The Ancient Chinese Way of Making Rice Wine… with CATS!

I’ve been researching on ancient Chinese food and drink. In the process, I’ve found an interesting fact about the ancient Chinese method of producing rice wine!


Here’s a line from the journal article that I read:

The author, of course, was not acquainted with the spores of molds, with the cells of yeast, or even with the existence of microorganisms and with the means by which they are propagated and multiplied. He knew only that somehow, in the course of his process,the preparations acquired the marvelous property of inducing a fermentation. Indeed they probably acquired it, and the organisms, from the random infections which existed in the huts where the ferment cakes were allowed to season, where images were set up to which sacrifices of ham and wine were offered. The author apparently suspected that the marvelous efficacy of the ferment was in some way derived from these huts, but he seems to have doubtedthe power of the sacrifices. He says, ” It has been found that there is not much difference whether the sacrifice with ham and wine is offered or not, therefore the practice is diminishing.” He appears to have thought it more important that a cat should be kept in the ferment hut for several days before it was used. Practically, as an experimentalist, he was probably right.

Chia Ssu-hsieh, Huang Tzu-ch’ing, Chao Yun-ts’ung and Tenney L. Davis, “The Preparation of Ferments and Wine”, Harvard Journal of Asiatic Studies, Vol. 9, No. 1 (Sep., 1945), p.29

What follows after the introduction by the authors is a translation of the actual manual on making rice wine. Here’s a translation of what the manual’s author wrote about cats. It says:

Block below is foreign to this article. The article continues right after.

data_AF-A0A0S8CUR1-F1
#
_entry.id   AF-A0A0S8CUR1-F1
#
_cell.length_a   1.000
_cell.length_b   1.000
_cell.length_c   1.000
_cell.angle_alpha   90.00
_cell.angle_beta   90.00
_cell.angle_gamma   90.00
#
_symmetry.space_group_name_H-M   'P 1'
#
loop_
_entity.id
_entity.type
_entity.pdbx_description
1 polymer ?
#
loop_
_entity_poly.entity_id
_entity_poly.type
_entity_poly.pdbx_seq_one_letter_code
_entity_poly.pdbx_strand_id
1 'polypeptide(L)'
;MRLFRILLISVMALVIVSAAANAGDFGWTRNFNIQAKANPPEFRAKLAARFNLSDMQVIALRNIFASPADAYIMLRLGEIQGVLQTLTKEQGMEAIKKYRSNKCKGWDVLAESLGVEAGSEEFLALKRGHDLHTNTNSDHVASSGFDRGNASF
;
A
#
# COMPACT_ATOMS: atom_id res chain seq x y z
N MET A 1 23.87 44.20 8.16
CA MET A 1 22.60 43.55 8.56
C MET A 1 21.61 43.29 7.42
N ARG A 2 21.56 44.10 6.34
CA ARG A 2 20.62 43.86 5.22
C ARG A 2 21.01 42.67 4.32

A cat is kept in the ferment hut several days beforehand; all of the rat-holes plugged up; and the ferment cakes are arranged on this earth in rows without pushing them together too closely. Two footpaths crossing each other and passing through the central part of the hut are reserved so that a man can walk through easily. Five ferment images are erected to be the kings of the ferment on the four sides [of the hut] and at the center. The one image at the center has its face facing south ward; those on the four sides are placed facing the center of the hut. It has been found that there is not much difference whether a sacrifice with ham and wine is offered or not, therefore the practice is diminishing. After the ferment cakes have been arranged,the door is closed and sealed tightly with mud to allow no leakage of air.

(Ibid., p.37)

Personally, I find it very very interesting that they have observed an empirical correlation on the necessity of having a cat in the hut with the success of producing rice wine; and on the other hand, they’ve noticed that sacrifices to the gods make absolutely no difference to the success of production.

I hope they fed the cats well.